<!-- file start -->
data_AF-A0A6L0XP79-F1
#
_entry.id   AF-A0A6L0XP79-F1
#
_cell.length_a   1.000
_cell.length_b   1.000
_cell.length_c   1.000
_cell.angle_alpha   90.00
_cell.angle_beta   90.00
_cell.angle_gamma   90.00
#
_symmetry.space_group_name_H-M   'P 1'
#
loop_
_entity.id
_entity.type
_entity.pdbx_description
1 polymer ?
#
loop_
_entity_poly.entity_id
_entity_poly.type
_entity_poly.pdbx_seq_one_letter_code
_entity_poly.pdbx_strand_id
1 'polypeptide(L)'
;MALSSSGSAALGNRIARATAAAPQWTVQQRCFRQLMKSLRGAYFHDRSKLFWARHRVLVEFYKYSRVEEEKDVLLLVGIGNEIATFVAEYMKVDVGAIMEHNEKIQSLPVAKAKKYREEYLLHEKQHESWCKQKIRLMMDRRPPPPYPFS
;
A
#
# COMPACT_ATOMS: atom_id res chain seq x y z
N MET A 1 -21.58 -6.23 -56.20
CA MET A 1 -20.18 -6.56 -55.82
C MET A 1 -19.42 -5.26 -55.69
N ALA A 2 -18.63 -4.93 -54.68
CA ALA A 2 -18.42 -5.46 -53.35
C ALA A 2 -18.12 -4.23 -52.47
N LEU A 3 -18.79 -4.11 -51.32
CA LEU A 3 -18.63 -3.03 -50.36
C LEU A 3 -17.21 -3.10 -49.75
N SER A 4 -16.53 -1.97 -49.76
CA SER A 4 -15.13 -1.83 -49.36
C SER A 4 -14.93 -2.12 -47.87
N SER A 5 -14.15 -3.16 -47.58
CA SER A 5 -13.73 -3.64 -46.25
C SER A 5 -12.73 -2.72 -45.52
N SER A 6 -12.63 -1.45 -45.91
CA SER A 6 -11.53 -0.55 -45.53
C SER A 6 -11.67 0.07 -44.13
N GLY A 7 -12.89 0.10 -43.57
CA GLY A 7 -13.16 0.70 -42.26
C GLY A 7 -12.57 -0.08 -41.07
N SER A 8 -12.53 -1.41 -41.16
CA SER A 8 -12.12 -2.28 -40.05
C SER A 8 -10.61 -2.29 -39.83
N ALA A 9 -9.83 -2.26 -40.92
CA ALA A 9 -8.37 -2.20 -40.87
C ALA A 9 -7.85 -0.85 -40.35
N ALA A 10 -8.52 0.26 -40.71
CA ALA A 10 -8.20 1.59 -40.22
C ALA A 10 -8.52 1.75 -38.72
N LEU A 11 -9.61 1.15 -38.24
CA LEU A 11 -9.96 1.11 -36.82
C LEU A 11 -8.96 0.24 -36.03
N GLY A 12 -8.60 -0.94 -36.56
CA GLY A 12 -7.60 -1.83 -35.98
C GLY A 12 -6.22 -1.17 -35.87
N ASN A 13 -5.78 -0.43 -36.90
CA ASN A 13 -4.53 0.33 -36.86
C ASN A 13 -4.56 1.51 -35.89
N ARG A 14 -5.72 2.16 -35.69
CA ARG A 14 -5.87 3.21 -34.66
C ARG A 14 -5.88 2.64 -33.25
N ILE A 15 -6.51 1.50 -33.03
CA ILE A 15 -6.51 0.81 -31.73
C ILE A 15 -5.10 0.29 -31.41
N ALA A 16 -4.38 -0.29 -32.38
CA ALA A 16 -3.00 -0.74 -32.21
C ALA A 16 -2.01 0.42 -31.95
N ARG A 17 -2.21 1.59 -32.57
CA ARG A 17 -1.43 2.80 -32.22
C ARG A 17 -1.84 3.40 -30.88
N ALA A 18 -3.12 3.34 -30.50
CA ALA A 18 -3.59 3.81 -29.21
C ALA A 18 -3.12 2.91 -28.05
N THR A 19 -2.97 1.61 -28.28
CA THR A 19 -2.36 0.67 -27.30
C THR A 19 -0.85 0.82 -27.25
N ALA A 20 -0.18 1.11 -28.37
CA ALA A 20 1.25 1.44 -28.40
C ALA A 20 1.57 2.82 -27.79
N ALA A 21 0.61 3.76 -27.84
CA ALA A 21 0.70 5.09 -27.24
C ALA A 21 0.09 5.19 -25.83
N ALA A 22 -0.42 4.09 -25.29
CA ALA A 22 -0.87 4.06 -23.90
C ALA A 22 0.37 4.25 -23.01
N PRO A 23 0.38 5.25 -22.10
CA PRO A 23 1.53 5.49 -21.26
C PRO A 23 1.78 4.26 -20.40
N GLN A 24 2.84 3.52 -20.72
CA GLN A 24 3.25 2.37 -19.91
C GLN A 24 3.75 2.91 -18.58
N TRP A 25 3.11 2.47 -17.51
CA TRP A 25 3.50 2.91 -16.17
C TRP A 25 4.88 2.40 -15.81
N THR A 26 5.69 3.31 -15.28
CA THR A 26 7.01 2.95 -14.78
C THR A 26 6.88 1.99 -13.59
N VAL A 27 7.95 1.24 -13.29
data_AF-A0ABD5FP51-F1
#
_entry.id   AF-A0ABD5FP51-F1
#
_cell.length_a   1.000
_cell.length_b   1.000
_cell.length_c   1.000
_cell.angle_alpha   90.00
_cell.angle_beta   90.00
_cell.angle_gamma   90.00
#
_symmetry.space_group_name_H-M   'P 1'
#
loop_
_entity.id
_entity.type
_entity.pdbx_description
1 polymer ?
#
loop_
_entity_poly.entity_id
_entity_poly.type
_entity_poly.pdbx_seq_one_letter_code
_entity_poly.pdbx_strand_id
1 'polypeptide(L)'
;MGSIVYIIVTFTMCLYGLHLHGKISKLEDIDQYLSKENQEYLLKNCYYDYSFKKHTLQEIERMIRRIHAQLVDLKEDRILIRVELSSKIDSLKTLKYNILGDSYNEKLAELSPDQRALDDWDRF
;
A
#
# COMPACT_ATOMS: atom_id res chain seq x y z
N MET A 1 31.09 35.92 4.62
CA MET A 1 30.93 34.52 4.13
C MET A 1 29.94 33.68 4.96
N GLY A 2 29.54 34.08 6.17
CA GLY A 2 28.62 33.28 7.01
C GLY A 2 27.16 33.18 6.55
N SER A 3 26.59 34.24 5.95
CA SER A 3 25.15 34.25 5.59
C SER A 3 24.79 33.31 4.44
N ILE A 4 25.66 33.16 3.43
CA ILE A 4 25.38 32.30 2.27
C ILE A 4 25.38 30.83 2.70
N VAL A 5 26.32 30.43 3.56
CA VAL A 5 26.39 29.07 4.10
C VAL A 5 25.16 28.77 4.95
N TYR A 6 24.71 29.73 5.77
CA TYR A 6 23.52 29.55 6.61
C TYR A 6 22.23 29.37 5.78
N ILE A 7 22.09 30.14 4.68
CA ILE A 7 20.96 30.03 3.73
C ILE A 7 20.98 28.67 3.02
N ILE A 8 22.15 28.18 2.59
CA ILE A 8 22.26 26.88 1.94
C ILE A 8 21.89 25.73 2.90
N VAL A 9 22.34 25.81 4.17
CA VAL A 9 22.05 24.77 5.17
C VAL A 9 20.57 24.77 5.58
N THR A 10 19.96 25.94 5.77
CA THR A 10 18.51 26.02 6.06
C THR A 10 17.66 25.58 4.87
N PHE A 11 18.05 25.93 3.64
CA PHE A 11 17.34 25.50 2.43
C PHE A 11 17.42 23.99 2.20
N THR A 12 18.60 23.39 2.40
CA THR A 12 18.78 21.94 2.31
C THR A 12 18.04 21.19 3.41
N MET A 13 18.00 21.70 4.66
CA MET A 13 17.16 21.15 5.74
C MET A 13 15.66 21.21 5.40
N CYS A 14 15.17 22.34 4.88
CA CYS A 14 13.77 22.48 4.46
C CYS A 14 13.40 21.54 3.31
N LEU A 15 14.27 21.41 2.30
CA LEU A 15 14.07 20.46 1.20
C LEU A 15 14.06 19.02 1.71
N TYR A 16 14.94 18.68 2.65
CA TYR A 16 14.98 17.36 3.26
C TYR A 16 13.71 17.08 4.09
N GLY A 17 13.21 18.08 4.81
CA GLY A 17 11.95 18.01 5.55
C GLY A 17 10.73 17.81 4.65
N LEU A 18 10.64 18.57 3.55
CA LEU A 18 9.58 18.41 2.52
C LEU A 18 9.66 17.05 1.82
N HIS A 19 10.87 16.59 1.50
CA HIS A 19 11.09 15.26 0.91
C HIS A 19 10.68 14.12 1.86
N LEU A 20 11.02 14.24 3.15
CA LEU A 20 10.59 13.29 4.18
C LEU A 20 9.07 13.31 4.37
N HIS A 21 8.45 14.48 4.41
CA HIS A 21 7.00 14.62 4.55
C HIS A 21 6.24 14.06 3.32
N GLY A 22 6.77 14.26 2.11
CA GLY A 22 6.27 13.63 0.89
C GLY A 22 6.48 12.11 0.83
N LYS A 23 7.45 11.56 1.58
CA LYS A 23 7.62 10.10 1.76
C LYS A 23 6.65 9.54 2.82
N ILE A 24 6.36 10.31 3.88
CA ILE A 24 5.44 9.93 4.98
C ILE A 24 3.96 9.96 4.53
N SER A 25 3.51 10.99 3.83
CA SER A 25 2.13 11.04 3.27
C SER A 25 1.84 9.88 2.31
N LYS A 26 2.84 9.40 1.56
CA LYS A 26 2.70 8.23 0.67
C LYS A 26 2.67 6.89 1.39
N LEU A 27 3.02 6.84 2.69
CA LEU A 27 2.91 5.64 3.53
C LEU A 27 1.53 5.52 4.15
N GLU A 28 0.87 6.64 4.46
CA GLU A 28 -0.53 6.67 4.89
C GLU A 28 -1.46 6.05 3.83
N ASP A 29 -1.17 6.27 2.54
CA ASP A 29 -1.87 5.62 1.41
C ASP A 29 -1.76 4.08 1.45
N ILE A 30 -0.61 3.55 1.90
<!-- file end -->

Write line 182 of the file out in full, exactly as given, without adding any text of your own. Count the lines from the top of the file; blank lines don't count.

N LEU A 15 14.27 21.41 2.30